Zen (Chan)

The meditation (dhyana) school originating in China that emphasizes "mind-to-mind transmission"
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    Zen Shorts Paid Member

    ZEN AND PSYCHOLOGY Many Zen Students and even a few teachers think Zen is a kind of psychology. This is a little like thinking that persimmons are a type of banana. The Zen master is more like a flea than he or she is like a psychologist. More like a cool breeze. More like a mountain peak. I am not exaggerating or being fanciful.THERAPY More »
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    Peace on the Street Paid Member

    Photographs by Darrin Harris Frisby More »
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    Not Found, Not Lost Paid Member

    Artwork by CHACO TERADA More »
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    What is This? Paid Member

    . IN sixth-century China, the Buddhist schools were quite scholastic and focused on the scriptures. To move away from this academic direction and toward the Buddha’s original teaching of practicing meditation and realizing awakening in this very life, the Zen school developed its koan practice, in which stories of monks’ awakenings became a starting point for meditative inquiry. By asking and focusing on a single question as a meditative method, Zen practitioners aimed to develop a rich experiential wisdom.In the Korean Zen tradition, one generally meditates on the koan What is this? This question derives from an encounter between the Sixth Patriarch, Huineng (638–713 C.E.), and a young monk, Huaijang, who became one of his foremost disciples: More »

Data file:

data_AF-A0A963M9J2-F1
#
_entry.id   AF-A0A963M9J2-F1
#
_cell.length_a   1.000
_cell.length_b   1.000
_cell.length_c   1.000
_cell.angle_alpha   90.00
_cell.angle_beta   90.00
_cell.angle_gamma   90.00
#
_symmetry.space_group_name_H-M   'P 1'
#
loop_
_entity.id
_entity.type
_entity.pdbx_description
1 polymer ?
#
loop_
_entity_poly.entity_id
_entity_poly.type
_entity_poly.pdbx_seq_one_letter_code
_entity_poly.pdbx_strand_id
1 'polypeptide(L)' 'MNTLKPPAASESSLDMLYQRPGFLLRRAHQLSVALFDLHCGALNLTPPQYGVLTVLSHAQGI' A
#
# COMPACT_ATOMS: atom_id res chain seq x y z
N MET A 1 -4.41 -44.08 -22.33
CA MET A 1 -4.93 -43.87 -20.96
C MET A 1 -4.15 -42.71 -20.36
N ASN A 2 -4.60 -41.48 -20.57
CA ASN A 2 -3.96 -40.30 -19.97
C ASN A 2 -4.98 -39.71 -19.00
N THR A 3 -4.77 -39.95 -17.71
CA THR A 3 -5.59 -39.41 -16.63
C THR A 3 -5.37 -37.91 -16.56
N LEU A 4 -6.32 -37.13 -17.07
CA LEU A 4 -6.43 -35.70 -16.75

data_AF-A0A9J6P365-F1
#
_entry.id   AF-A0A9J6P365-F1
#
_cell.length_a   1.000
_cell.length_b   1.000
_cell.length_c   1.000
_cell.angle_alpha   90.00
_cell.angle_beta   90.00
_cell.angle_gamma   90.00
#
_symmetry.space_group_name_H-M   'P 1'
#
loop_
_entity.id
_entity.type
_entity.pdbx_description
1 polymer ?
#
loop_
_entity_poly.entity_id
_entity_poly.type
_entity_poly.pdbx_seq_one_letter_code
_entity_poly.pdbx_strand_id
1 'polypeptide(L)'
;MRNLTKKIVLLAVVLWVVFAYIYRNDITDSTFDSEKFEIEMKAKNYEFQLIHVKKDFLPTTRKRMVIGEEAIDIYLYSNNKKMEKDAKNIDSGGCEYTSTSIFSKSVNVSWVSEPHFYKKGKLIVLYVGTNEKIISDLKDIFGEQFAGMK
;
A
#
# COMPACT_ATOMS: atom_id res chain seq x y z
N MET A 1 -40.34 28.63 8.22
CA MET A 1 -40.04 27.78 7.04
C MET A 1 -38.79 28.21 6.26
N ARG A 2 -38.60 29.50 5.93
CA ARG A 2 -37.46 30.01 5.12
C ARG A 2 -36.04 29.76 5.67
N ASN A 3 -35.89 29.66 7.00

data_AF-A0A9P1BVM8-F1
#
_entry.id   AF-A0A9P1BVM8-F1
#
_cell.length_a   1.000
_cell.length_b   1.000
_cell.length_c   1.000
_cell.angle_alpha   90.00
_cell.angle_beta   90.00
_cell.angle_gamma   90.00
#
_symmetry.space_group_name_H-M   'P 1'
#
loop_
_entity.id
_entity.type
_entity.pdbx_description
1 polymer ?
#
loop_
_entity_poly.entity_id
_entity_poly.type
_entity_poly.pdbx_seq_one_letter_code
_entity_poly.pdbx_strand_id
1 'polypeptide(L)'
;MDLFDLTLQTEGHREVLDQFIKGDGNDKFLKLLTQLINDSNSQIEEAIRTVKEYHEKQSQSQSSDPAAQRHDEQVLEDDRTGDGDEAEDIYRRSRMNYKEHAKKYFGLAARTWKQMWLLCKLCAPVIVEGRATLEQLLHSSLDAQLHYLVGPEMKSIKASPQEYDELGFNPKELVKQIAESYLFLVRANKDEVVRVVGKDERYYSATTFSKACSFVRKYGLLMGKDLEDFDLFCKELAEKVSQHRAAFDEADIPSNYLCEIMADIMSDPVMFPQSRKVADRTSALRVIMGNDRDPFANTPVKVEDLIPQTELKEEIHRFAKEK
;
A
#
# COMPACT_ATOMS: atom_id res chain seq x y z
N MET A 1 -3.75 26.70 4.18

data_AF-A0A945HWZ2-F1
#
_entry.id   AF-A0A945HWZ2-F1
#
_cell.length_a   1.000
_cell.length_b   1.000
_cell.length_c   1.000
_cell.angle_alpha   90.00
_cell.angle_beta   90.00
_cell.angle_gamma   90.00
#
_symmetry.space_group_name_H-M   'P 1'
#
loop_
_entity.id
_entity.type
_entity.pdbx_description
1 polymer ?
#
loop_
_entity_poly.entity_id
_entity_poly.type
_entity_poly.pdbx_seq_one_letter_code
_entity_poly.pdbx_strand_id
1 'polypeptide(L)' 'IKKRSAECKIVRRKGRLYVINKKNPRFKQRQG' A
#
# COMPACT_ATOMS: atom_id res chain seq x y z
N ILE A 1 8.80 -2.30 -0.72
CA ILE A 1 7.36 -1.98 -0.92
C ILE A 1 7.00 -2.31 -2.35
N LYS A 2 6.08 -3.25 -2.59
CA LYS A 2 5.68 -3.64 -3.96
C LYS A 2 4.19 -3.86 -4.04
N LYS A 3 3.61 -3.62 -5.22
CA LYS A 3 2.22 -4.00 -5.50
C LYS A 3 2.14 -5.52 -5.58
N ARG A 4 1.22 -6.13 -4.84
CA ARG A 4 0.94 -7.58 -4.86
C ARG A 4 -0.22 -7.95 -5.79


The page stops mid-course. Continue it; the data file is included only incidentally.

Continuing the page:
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    The Myth of the Experienced Meditator Paid Member

    I tell Kyodo Roshi I want to take my practice to a deeper level. "Deeper level?" He laughs again. "What do you mean, 'deeper'? Zen practice only one level. No deep, understand?" —Lawrence Shainberg, Ambivalent Zen   More »
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    Just One Breath Paid Member

    In this world of onrushing events the act of meditation—even just a "one-breath" meditation—straightening the back, clearing the mind for a moment—is a refreshing island in the stream. Although the term meditation has mystical and religious connotations for many people, it is a simple and plain activity. Attention: deliberate stillness and silence. As anyone who has practiced sitting knows, the quieted mind has many paths, most of them tedious and ordinary. Then, right in the midst of meditation, totally unexpected images or feelings may sometimes erupt, and there is a way into a vivid transparency. But whatever comes up, sitting is always instructive. More »